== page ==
Following the Dravidian architecture favoured in South Indian culture, the impressively built five-tier, pyramid-shaped raja gopuram (multi-tiered tower) at the front entrance is undoubtedly the star of the building. Erected as the tallest structure of the temple, it’s intricately carved with 228 colourful deities as the symbol of the threshold between material and spiritual realms. The rest of the building is decorated with precious stones, gold, as well as Spanish and Italian tiles – a marvellous sight, indeed.
Address: Jalan Tun HS Lee, City Centre, 50000 Kuala Lumpur.
Arulmigu Sri Rajakaliamman Hindu Temple, Johor
Down south of the Peninsular, don’t miss out on an opportunity to take a little trip to the kaleidoscopic wonder that is the Arulmigu Sri Rajakaliamman Glass Temple (commonly called the Tebrau Glass Temple). So, what exactly led to the inspiration behind the first and only glass temple in Malaysia, as certified in the nation’s book of records?
During the middle of a tuk-tuk ride in Bangkok, Sri Sinnathamby Sivasamy, the chief priest and temple chairman, gazed upon the diamond-like beam of light reflected from the glass artwork of a Thai temple entrance. Keeping in mind that such a small detail garnered such attention from afar, the Guru figured that he could incorporate that technique into the entire structure of this holy sanctuary to attract more visitors and devotees from all corners of the globe.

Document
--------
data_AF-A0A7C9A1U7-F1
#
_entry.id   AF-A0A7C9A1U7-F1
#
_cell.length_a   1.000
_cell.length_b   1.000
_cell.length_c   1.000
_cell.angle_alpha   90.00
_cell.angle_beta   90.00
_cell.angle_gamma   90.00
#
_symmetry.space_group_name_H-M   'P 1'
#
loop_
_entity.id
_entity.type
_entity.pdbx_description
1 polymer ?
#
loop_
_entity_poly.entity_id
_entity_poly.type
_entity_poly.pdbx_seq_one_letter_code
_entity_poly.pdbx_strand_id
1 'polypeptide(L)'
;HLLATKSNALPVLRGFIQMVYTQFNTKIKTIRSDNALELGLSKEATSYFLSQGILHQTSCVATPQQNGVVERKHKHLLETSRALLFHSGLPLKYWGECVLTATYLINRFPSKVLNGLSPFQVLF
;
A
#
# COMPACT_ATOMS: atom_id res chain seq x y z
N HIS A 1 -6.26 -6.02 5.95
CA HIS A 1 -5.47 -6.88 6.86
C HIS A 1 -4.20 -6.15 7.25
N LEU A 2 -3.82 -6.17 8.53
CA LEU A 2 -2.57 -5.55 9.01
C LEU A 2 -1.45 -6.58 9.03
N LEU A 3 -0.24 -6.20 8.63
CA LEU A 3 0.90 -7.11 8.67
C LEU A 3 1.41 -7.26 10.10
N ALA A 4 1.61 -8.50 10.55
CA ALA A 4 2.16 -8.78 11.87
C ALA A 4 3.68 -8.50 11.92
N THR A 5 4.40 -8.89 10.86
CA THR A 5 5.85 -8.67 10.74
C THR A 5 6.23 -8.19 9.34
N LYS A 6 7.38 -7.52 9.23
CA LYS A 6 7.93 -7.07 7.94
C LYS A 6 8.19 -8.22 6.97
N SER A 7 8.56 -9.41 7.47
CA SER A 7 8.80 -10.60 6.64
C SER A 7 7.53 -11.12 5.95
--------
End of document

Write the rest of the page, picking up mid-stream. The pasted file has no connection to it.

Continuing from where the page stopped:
After completing a massive renovation in 2009, this temple now boasts walls, pillars, and ceilings covered with 300,000 multi-coloured glass shards bejewelled with Nepalese rudraksha beads. The temple’s glimmer is further reflected by crystal chandeliers. Another major element to note is the inclusion of Islamic, Buddhist, and eight other religious figures within the temple, making this space a true and peaceful embodiment of religious unity.
Address: Jalan Tun Abdul Razak 1/1, Wadi Hana, 80300 Johor Bahru, Johor
Arulmigu Balathandayuthapani Kovil Temple, Penang
If you’re planning to travel up north to the state of Penang, feel free to drop by the Arulmigu Balathandayuthapani Kovil Temple or the Waterfall Hill Temple (translated to Thaneer Malai in Tamil) as it’s referred to amongst locals. Overlooking George Town, this hilltop temple has Lord Murugan as its main deity. In fact, it’s viewed as the largest Murugan Temple outside India. Originally located at the base of the Penang Botanic Gardens waterfall, it’s believed that a sadhu (holy man) selected this area like a shrine to worship Lord Murugan, also known as Thanneermalaian, which means ‘he who dwells by the waterfall’.
Apart from the free-standing temple bell, another distinguishable feature is the seven-storey raja gopuram based on Chola architecture that stands at an impressive height of 21.6 metres. On a side note, this structure is just one of the many temples – some say over 150 – in Malaysia that highlight the fine art and sculpting works of P.V. Krishnamoorthy Stabathy. All you have to do to admire the stunning view presented by the beautiful temple and its surrounding is simply climb 513 steps – sounds daunting but it is absolutely worth it.
Address: 806 Waterfall Road, 10350 Penang
Sri Sundararaja Perumal Temple, Selangor